Christian Villanueva made his debut last season and clubbed four home runs in 32 plate appearances. Can I get an amen? They came with a 31.3% strikeout rate and 0.0% walk rate, though. Only God is perfect. So, with that knowledge, many took solace in knowing they had a strong Christian and….Their faith was rewarded, as he smashed three home runs in his second game to start the 2018 campaign. Coincidence that Passover was March 30th to April 7th this season? Fine, don’t answer that, you party pooper. Let me enjoy my Ancient Aliens show in peace. For the non-believers and infidels, the plate discipline numbers and limited track record had them dancing to Milli Vanilli tunes. Sorry, tune. But then, he had an 11-game hitting streak in which he homered in three straight games and amassed a total of five home runs. Now, he’s mired in a 10-game bagel streak, in which he’s walked twice and struck out 13 times. Will this Christian be saved?
Streaks are a part of baseball. Some players are prone to them more than others. Even Barry Bonds was, although his was more about how many strikes he would see in an at-bat. Villanueva is at the bad end of the spectrum when it comes to streaks. For starters, he’s a fly ball hitter (51.9%), so the ball is either in the stands or ends up being caught for an out. Secondly, he’s a pull hitter (55.8%), which makes defensive shifts more effective. Thirdly, his righty/lefty splits are massive. .368 average and .658 ISO against lefties and .156 average and .091 ISO against righties. Finally, the plate discipline numbers would require at least 10 Hail Marys from a priest after confession. 15.8% swinging strike rate, 70.8% overall contact rate, and 37.7% chase rate. That would put him 6th-worst for swinging strike rate, 17th-worst for overall contact rate, and 23rd-worst for chase rate. Hail Mary full of Grace, the Lord is with thee….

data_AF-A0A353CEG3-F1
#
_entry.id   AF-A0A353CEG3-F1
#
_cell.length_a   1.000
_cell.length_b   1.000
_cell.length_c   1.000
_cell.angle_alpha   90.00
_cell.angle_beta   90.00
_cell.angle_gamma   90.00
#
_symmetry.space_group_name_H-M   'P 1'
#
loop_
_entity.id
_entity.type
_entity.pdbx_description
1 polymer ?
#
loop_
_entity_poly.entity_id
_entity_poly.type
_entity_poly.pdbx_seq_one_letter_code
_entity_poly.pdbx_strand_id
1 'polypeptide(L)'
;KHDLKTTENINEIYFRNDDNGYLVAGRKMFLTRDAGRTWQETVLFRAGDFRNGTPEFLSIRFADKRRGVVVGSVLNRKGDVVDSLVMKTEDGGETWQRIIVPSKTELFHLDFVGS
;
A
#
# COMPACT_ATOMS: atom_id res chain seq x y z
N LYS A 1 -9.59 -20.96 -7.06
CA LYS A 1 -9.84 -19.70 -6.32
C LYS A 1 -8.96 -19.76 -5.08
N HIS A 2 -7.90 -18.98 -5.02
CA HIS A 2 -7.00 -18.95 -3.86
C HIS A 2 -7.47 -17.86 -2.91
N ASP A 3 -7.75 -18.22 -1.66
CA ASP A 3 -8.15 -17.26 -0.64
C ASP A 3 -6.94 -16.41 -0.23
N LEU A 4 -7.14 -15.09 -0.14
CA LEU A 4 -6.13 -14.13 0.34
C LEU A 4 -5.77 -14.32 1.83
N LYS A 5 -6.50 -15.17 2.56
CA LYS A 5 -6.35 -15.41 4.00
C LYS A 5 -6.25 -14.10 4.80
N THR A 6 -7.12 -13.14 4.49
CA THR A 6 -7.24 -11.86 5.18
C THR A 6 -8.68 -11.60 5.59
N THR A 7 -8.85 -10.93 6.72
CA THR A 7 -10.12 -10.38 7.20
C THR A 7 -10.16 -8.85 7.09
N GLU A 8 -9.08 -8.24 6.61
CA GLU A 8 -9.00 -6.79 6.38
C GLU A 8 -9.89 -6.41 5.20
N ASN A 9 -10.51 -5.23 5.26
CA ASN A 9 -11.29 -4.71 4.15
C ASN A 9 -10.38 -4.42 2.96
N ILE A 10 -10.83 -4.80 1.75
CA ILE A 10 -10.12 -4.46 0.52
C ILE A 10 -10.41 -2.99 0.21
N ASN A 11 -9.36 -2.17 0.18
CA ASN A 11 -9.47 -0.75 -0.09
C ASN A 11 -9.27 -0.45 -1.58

Not all is lost, though. One of my favoritie games growing up was Kung-Fu Master. Essentially, you had to karate chop and kick your way through each floor. One could only climb the stairs to the next level by beating the Boss. Well, in MLB, hitters are first challenged with heat. If they pass that test, then the real business starts: offspeed and breaking pitches. According to Brooks Baseball, pitchers were challenging Villanueva in Spring Training with heat 71.43% of the time. By the time mid-April rolled around, that number dropped down to 60.98%. As of now, he’s seeing 53.27%. Correspondingly, the breaking ball percentage has gone from 14.29 to 29.77 to 36.45. So, why does that instill hope? Well, because Villanueva hasn’t failed at adjusting, at least not yet. Comforting, I know.
Man, I wish Villanueva displayed some of that 32 stolen base speed he showed back in Single-A (2011). I would have some interest then. Unfortunately, even if he does make adjustments to the adjustments, I’m not crazy about the profile. Doesn’t make great contact and chases too many balls out of the zone. Plus, it’s easy to position the defense against him. In many ways, he’s Joey Gallo-lite. Literally. Half a foot shorter and 25 pounds lighter. In addition, he plays in a worse park and division.